I have been in the legal industry helping lawyers and clients build teams that generate mutual benefit for over 20 years. I am accustomed to the quirkiness of how growth, profits, and mergers are reported. I no longer am surprised firms when they brag about their art collections and show pictures of their multimillion dollar lobbies on their web site. It does not shock me at all when they take out ads costing tens of thousands of dollars to show about how they are best/super/top something-or-other to no one that really cares (except their parents or the person who stares at them from the mirror while they brush their teeth).

However, I have never been so taken aback as I have the past week over the orgasmic reaction I have seen in the media, social media groups, and tweets from industry insiders about the recent NYC associate pay raises. In case you haven’t seen it, highly educated, new associates at top firms will receive $190,000 per year the day they walk in the door. Most of those who will be affected this Fall have not passed the bar yet. Some have great potential. All have never worked for a client on their own.

Here are some of the headlines:

Cravath Hath Spoken– And Beats Milbank for Senior Associates

New York To $190K — No, Cravath Didn’t Make The First Move

Some Law Firm Staff See Pay Gap Widen as Associate Salaries Soar

In addition, here are some classy tweets and comments from the people who benefitted at the “groundbreaking” firms:

  • “Put some respeck on my name”
  • “summer of 190”
  • “I am as shocked as you are.”

I am all for capitalism and the concept of rewarding those who generate value for others. However, make no mistake: this decision to offer new employees 704% of the US per capita average annual income. Here are some of the things that were not mentioned in these discussions that could have used some of this funding:

  • Improvement in diversity recruiting beyond the “top 10% of the top 10% of schools” that only reinforces the status quo
  • Paid paternity leave and the ability to actually take it
  • More resources to help people manage their health, stress, and career
  • Bonuses for those people (the majority) who keep the firm running all day
  • Technology and analytics to make costs and projects more predictable for clients
  • Changes in structure to create a culture of collaboration instead of the cult of the individual
  • Pro bono work
  • Reducing the costs and time it takes to complete a matter

Look at that last bullet closely, because it is very important. Clients will be footing the bill for this. Firms will be pressuring associates to bill more hours at higher rates for the same work and results while clients are clearly asking for the opposite.

Large firms are not in danger of losing the “best and brightest” by not matching the pay hike. Yes, that one recruit might hop across the street, but is that you build a culture? By attracting employees who will only say yes for that extra 3% pay? Nonsense. In fact, it is what perpetuates the culture that creates things like The Mommy Track, lack of diversity, and burn out. What if there was a system like what hospitals use for a period of residency? If Harvard medical school grads get about $50-55K per year (and sometimes LESS from prestigious schools because students are willing to take a hit to go there), doesn’t that blow out of the water this theory of “that’s what you have to pay to stay competitive”?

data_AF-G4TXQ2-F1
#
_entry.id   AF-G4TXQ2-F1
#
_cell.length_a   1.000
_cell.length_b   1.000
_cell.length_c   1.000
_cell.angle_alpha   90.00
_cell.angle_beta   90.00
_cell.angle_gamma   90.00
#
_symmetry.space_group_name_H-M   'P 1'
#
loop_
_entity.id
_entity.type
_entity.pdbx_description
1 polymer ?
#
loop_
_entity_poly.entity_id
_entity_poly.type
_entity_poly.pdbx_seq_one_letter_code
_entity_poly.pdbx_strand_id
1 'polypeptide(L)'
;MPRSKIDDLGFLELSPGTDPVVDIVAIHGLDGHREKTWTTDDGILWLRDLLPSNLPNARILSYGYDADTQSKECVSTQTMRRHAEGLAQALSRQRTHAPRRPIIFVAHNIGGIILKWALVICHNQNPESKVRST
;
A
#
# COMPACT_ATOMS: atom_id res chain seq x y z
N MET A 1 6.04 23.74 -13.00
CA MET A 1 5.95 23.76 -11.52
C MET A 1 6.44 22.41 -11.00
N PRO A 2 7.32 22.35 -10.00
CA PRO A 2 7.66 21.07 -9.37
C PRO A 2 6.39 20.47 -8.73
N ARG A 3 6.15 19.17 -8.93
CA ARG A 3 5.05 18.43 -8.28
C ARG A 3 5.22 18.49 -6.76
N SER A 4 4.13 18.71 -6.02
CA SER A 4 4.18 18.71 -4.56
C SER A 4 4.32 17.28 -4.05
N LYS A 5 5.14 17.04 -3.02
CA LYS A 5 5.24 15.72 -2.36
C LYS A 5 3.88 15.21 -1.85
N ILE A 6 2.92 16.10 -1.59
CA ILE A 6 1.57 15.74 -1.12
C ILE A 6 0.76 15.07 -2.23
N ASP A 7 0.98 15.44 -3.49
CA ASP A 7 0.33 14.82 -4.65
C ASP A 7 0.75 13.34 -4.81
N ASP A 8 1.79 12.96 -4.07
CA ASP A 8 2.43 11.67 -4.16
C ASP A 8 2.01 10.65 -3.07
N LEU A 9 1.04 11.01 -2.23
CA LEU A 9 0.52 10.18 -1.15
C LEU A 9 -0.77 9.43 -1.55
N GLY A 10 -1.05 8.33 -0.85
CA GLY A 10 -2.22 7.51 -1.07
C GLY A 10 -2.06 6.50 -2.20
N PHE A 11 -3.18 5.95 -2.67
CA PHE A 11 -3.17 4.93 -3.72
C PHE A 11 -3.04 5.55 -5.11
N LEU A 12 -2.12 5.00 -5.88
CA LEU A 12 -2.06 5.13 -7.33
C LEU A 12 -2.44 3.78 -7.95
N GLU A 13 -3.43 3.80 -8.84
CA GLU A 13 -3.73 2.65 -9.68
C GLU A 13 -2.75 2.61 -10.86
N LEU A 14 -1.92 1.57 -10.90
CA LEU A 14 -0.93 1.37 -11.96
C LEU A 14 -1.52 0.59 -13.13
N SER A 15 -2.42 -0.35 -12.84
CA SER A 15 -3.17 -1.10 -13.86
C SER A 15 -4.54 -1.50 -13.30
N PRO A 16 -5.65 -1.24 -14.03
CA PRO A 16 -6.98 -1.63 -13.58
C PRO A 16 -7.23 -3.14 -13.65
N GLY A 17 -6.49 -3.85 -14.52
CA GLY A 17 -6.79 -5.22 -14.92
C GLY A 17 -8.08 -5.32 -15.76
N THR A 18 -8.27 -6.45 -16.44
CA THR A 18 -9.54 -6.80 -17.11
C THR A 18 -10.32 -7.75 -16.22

How about we tie compensation to the financial results of the clients they serve? What if we try to use technology to make costs of matters go down, and they will give more of them to the firm? How about we tie compensation to teams instead of individuals, so we can solve business issues for clients instead of only caring about how engaging and interesting a lawyer finds their piece of the work?

As mentioned by a GC recently:

“The tone deafness is astounding. We as purchaser of legal services keep asking our firms to bill based on value because that is what we want to buy, not hours. They respond by raising rates across the board. It is no wonder that the largest-growing segment in the legal industry over the past few years has been the role of in-house counsel. You can keep living in your ‘reality distortion field’ and pay a first-year associate $190,000. You certainly will attract lawyers to come work for you but we are firing you everyday….”— An anonymous in-house legal operations director, commenting quite candidly about the new $190K salary scale for first-year Biglaw associates, in an interview with Corporate Counsel.

I find the glee and self-servedness of bathing in a big pile of money in the midst of clients almost in open rebellion about the current law firm pricing and value structure astounding. One only has to look at organizations like CLOC to see that a reckoning is coming.

In short, it is disgusting. And, it surprises even me.